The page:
My most common item I create as a gift for someone is a really cute, finely detailed apron…and if not self-drafted, there is one pattern that I use for all of them.  It’s a vintage re-issue, Simplicity #1221, originally Simplicity #4939 from 1944.  This is a true winner of a pattern, with one cut piece needed to make it and a good design that has a complimentary fit.  Not every apron is so good at being fashionably waist slimming yet with full coverage for food stain protection, too.  Neither are all aprons so good at being a one yard, two hour project!  One of these days, I need to get around to making a version for myself, especially after making so many for others.  Here’s the post on my first gift version of this same apron pattern.  This particular one was going off to my hubby’s godchild as a present.   

This is the first time I had made a reversible apron, and I love how it turned out.  I wanted her (the recipient) to have something she would not find otherwise, something fun, and ultimately useful!  Just one layer of material (printed cotton) alone was too thin to be a useful against food splatters anyways.  As the apron design is so simple, it was easy to merely have the backing fabric become an optional, yet wearable, second side.  The entire raw edges are encased in ¼ inch bias tape so they look the same on either side, too, besides being an easy and colorful finish.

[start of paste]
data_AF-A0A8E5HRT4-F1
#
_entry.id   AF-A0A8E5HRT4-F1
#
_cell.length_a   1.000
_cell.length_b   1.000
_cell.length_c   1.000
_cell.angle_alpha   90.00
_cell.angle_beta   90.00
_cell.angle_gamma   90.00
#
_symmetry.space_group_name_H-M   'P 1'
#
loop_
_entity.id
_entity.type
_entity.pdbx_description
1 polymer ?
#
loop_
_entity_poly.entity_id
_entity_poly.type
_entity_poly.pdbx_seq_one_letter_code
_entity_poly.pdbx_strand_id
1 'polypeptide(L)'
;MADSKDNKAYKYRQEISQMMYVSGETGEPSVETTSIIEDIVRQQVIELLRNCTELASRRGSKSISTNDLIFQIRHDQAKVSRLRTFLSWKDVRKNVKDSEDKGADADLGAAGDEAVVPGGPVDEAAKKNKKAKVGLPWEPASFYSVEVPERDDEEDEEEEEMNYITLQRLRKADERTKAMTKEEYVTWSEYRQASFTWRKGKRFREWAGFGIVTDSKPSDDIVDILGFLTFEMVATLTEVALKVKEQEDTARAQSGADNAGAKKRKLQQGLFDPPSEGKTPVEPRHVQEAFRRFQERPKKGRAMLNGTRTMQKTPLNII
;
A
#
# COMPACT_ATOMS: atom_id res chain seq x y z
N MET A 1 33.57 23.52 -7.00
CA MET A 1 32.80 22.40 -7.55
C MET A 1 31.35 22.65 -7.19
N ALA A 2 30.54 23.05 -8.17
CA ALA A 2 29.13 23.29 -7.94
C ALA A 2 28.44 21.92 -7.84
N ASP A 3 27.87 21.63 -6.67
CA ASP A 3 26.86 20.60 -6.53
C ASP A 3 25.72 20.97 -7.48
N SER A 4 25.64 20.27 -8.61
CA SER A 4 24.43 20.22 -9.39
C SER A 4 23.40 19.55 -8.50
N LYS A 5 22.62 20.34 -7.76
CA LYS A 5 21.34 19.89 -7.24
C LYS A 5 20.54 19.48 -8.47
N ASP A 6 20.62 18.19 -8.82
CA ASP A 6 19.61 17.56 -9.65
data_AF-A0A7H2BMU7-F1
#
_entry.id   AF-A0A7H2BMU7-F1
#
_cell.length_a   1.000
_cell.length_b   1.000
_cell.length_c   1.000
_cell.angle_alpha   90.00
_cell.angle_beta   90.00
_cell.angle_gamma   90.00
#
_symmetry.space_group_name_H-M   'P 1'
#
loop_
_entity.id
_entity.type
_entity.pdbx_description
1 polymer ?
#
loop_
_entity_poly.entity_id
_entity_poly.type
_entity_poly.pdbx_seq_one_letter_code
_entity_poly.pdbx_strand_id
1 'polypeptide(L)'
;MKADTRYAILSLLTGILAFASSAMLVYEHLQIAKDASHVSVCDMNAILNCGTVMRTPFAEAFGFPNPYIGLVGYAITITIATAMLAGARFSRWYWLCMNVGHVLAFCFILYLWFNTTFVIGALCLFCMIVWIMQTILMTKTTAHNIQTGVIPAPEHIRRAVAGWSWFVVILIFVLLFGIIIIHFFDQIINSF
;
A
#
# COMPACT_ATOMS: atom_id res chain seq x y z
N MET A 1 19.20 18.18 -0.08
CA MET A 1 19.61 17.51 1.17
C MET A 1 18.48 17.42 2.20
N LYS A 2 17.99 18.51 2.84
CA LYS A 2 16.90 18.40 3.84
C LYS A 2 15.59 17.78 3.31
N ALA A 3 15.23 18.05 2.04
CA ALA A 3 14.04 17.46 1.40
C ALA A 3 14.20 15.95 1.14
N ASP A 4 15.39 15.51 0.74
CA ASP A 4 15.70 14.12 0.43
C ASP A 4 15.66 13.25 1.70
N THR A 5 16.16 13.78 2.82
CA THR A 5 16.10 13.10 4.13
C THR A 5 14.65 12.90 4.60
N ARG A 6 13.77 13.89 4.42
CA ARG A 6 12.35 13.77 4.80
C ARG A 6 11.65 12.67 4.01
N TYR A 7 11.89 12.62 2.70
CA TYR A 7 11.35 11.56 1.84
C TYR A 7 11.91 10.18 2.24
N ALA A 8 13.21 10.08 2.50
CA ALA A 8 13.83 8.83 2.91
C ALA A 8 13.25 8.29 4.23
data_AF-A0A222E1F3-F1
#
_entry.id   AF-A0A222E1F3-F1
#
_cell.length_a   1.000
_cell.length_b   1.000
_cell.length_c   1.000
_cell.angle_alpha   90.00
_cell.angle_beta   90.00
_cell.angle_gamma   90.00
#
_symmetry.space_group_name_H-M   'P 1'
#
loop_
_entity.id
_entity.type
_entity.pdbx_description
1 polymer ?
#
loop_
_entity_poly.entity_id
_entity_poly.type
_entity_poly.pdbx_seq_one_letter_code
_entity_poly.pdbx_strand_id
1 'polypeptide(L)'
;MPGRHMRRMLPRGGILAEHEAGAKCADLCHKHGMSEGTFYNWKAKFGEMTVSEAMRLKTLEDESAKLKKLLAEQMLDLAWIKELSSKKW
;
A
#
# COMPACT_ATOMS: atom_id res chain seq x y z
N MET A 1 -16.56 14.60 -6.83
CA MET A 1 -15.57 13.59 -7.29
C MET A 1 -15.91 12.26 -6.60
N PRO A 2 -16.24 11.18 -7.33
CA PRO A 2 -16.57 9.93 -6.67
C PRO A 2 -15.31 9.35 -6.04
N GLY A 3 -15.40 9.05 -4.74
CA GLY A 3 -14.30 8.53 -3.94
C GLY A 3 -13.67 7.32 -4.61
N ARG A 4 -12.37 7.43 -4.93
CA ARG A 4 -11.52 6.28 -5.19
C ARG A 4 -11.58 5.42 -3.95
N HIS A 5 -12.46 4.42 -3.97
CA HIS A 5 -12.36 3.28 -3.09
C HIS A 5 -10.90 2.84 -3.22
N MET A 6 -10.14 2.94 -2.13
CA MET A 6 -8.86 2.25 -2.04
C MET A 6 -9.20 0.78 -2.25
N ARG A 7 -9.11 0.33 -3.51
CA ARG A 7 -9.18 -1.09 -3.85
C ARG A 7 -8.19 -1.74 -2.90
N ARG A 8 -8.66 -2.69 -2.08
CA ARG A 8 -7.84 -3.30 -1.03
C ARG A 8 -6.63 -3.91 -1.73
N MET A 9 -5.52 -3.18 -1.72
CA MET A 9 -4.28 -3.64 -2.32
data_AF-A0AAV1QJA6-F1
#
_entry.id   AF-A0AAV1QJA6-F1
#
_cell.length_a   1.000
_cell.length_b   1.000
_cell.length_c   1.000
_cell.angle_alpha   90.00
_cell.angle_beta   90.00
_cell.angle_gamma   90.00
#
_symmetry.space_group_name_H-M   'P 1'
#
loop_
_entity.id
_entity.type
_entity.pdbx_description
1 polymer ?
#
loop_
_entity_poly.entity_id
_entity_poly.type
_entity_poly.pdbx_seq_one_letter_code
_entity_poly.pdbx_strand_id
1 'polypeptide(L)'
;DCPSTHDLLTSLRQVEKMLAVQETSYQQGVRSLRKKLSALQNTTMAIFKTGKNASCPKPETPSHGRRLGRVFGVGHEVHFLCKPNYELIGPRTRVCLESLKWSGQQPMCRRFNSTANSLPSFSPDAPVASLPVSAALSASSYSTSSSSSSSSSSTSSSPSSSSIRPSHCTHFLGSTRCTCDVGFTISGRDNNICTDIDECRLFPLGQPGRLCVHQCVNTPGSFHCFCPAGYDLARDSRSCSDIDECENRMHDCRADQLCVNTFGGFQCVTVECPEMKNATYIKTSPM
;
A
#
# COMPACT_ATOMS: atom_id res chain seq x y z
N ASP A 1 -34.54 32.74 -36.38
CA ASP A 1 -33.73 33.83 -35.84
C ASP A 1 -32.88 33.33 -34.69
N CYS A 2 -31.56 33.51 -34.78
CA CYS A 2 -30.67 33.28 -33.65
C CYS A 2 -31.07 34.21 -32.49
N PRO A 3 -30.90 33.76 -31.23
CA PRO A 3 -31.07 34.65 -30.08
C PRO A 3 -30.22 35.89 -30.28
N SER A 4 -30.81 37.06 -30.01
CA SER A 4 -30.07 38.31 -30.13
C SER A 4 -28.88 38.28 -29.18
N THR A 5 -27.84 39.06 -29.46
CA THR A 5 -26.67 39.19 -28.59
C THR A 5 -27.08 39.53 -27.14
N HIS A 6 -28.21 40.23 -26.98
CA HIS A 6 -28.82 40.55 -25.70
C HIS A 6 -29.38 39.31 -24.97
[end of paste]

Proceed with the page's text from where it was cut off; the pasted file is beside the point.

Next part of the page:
The sizing is good for gifting, as well.  It is in loose, general blocks of measurements as small, medium, and large gradients rather than precise numbered sizing.  As long as I can estimate the recipient’s body as compared to my own, I can find the right size.  The waist of the apron should just about cover the front 2/3 of the wearer’s waist, so that always gives me a good way to choose what size to make after measuring the pattern in comparison.  The godchild is actually a 20-something who is my size body (or slightly smaller) so I made the apron to fit me.  However, it is always harder to let something go to someone else once you try it on for yourself, you know what I mean?

I made the ties as long as the pattern calls for, which is short enough for only a knot and not a full bow.  The neckline has no closures and flips over the head to lay on the neck and shoulders like a collar, so I feel the shorter ties complement the overall simplicity of the design.  At the base of the ties, I added a small name tag to credit me, the maker, so the recipient can remember who gifted it to her!

What is your go-to for handmade gifts?